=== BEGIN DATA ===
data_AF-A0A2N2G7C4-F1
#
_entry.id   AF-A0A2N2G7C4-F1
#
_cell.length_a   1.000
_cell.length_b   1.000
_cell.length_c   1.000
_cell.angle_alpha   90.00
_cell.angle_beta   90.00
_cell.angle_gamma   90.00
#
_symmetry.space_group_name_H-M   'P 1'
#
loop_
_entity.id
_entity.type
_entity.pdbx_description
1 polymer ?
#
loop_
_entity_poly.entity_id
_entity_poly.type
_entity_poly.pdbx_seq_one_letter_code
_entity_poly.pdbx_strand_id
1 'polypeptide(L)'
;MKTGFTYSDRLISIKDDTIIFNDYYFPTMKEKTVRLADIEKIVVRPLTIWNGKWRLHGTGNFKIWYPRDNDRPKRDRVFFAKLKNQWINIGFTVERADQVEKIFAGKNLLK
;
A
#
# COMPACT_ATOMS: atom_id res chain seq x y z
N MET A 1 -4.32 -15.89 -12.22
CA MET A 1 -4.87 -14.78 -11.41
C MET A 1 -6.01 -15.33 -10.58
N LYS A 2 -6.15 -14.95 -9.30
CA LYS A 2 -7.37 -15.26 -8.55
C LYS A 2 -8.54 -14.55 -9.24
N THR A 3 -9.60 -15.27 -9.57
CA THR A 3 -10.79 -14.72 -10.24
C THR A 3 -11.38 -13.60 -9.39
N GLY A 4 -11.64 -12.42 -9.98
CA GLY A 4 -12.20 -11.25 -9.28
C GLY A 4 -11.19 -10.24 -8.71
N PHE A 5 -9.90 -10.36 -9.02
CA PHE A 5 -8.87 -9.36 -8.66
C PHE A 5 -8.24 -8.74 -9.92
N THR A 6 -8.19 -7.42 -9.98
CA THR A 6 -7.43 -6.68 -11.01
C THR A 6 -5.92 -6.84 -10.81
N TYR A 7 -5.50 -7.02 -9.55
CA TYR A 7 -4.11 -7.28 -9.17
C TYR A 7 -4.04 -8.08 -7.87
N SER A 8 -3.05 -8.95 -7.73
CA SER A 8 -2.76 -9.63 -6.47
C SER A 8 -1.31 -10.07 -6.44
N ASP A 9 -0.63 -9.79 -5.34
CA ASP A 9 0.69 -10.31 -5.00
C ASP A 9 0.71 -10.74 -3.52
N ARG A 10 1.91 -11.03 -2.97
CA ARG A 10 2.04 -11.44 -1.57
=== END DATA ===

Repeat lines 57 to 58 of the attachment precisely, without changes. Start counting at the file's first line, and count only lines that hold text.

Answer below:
C ASP A 9 0.71 -10.74 -3.52
N ARG A 10 1.91 -11.03 -2.97